The series of seven bangs which ricocheted around the valley sounded decidedly like gun shots and put me on edge. Others in the group were less concerned and thought they were fire crackers let off to celebrate May Day. Our very affable and charming Scottish guide, Dougie, clearly had some concern as he got us to sit down on the ground.

It´s day one of an eight-day trek to the Inca ruins of Machu Picchu and what has already turned into a complicated hike for Dougie just got a little more challenging. After a brief pause we continue our walk to the ruins of Vitcos, the last stand of the Incas. We later find out that we had heard gun shots fired by police stationed in the valley as a warning – about what is anyone’s guess! The police are based in the valley to deter drug trafficking which is very reassuring. What is less reassuring is how we in any way resembled drug traffickers. Half our group were in their 60s, we were decked out in colorful gortex rain coats and ambling slowly towards Inca ruins in the middle of the day. Maybe the cops were just bored and thought it might be fun to put the wind up some gringos!

Plan A was to trek to Choquequirao, the site of some significant Inca ruins but we had to scrap this because flooding had wiped out a key bridge. Plan B also had to be changed due to bad flooding and Plan C was a bit unknown. Dougie took it all in his stride and did a very good job of convincing us all was in hand. He had a pretty tough audience – the retirees of our group were east coast women from well-to-do families. They were great fun, and their hiking ambitions impressive, but they had high standards and were not ones to mince their words. We also had two honeymooners and four of us travelling alone. The 10 of us were supported by two guides, 16 mules, two horses and at least six others who looked after the mules, put up camp and cooked meals. It was quite the expedition and we travelled in a style that I was not accustomed too. Each meal involved multiple courses and was taken in large dining tent, we had a tent housing a sit down toilet with a flush and each morning we were greeted with tea in bed. And we were given pillows. Luxury!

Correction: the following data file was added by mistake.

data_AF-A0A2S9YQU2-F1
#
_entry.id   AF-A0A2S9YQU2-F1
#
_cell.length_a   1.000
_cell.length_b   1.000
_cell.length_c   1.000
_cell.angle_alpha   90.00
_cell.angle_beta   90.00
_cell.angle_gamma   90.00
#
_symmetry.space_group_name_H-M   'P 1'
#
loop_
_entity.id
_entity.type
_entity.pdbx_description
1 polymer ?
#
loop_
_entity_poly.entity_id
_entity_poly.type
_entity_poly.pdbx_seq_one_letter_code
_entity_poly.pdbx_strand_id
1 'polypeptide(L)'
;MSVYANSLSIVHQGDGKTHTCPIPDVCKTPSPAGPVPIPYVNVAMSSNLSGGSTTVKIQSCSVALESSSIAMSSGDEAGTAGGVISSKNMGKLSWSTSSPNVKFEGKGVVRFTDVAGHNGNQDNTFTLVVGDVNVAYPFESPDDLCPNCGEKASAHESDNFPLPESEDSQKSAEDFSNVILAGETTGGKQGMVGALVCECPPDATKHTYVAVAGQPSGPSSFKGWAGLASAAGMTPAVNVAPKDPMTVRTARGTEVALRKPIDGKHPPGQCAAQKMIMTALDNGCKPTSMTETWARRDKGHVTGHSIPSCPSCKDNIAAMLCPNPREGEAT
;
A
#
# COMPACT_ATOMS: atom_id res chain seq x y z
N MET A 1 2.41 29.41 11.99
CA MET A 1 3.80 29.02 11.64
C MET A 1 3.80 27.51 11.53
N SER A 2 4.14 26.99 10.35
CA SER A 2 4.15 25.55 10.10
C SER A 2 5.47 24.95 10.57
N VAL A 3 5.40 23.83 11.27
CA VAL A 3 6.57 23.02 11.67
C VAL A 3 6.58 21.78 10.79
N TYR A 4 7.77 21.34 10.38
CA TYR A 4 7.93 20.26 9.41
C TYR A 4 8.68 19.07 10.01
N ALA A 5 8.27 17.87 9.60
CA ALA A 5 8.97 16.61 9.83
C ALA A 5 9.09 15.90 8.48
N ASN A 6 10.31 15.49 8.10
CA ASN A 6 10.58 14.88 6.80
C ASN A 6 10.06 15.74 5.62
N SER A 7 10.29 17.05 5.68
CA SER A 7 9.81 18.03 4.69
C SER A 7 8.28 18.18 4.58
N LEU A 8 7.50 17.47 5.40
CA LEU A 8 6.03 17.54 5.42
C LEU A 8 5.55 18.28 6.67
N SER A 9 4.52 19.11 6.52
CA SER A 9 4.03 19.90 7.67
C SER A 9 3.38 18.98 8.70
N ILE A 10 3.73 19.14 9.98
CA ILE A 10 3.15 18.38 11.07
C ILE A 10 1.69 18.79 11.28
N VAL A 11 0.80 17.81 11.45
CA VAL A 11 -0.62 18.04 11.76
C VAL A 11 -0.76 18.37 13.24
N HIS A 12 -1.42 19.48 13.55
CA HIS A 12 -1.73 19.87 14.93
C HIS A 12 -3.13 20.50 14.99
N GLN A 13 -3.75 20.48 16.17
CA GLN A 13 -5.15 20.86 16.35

The Andes are at their most majestic in Bolivia and Peru. Our hike took us from stunning mountain valleys, over high passes, before plunging us into valleys very different from those that we had just left. The steep, high terrain means very different microclimates exist from valley to valley. The highest peak we crossed was 4500m and just before reaching Machu Picchu we descended through lush cloud forest overflowing with fruit. Rotting avocado littered our path and we gorged on wild strawberries and a fruit similar to passion fruit but better.